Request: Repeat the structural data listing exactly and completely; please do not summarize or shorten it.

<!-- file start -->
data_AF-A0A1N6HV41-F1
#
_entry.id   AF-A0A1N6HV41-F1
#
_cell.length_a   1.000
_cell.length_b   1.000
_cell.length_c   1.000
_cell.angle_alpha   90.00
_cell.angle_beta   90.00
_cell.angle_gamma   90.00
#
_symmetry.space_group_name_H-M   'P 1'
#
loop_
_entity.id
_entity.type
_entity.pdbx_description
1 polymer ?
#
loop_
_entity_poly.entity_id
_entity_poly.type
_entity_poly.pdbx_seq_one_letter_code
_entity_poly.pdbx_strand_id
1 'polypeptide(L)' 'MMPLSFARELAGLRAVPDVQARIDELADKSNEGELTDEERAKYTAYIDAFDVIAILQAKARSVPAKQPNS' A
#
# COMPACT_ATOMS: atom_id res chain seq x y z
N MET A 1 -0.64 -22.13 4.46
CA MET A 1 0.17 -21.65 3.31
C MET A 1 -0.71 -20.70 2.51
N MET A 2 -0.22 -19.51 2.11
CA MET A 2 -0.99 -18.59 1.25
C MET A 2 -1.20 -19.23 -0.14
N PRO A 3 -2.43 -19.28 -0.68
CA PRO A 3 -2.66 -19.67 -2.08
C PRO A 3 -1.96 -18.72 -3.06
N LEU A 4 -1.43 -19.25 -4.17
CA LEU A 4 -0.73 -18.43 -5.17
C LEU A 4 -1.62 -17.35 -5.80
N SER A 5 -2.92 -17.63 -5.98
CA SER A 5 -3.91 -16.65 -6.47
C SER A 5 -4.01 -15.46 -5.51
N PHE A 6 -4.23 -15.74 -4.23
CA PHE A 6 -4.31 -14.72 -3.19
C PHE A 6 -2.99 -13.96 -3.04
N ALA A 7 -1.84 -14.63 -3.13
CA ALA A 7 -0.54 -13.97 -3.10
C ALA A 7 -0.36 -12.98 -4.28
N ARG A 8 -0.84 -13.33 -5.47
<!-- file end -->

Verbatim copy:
data_AF-A0A1N6HV41-F1
#
_entry.id   AF-A0A1N6HV41-F1
#
_cell.length_a   1.000
_cell.length_b   1.000
_cell.length_c   1.000
_cell.angle_alpha   90.00
_cell.angle_beta   90.00
_cell.angle_gamma   90.00
#
_symmetry.space_group_name_H-M   'P 1'
#
loop_
_entity.id
_entity.type
_entity.pdbx_description
1 polymer ?
#
loop_
_entity_poly.entity_id
_entity_poly.type
_entity_poly.pdbx_seq_one_letter_code
_entity_poly.pdbx_strand_id
1 'polypeptide(L)' 'MMPLSFARELAGLRAVPDVQARIDELADKSNEGELTDEERAKYTAYIDAFDVIAILQAKARSVPAKQPNS' A
#
# COMPACT_ATOMS: atom_id res chain seq x y z
N MET A 1 -0.64 -22.13 4.46
CA MET A 1 0.17 -21.65 3.31
C MET A 1 -0.71 -20.70 2.51
N MET A 2 -0.22 -19.51 2.11
CA MET A 2 -0.99 -18.59 1.25
C MET A 2 -1.20 -19.23 -0.14
N PRO A 3 -2.43 -19.28 -0.68
CA PRO A 3 -2.66 -19.67 -2.08
C PRO A 3 -1.96 -18.72 -3.06
N LEU A 4 -1.43 -19.25 -4.17
CA LEU A 4 -0.73 -18.43 -5.17
C LEU A 4 -1.62 -17.35 -5.80
N SER A 5 -2.92 -17.63 -5.98
CA SER A 5 -3.91 -16.65 -6.47
C SER A 5 -4.01 -15.46 -5.51
N PHE A 6 -4.23 -15.74 -4.23
CA PHE A 6 -4.31 -14.72 -3.19
C PHE A 6 -2.99 -13.96 -3.04
N ALA A 7 -1.84 -14.63 -3.13
CA ALA A 7 -0.54 -13.97 -3.10
C ALA A 7 -0.36 -12.98 -4.28
N ARG A 8 -0.84 -13.33 -5.47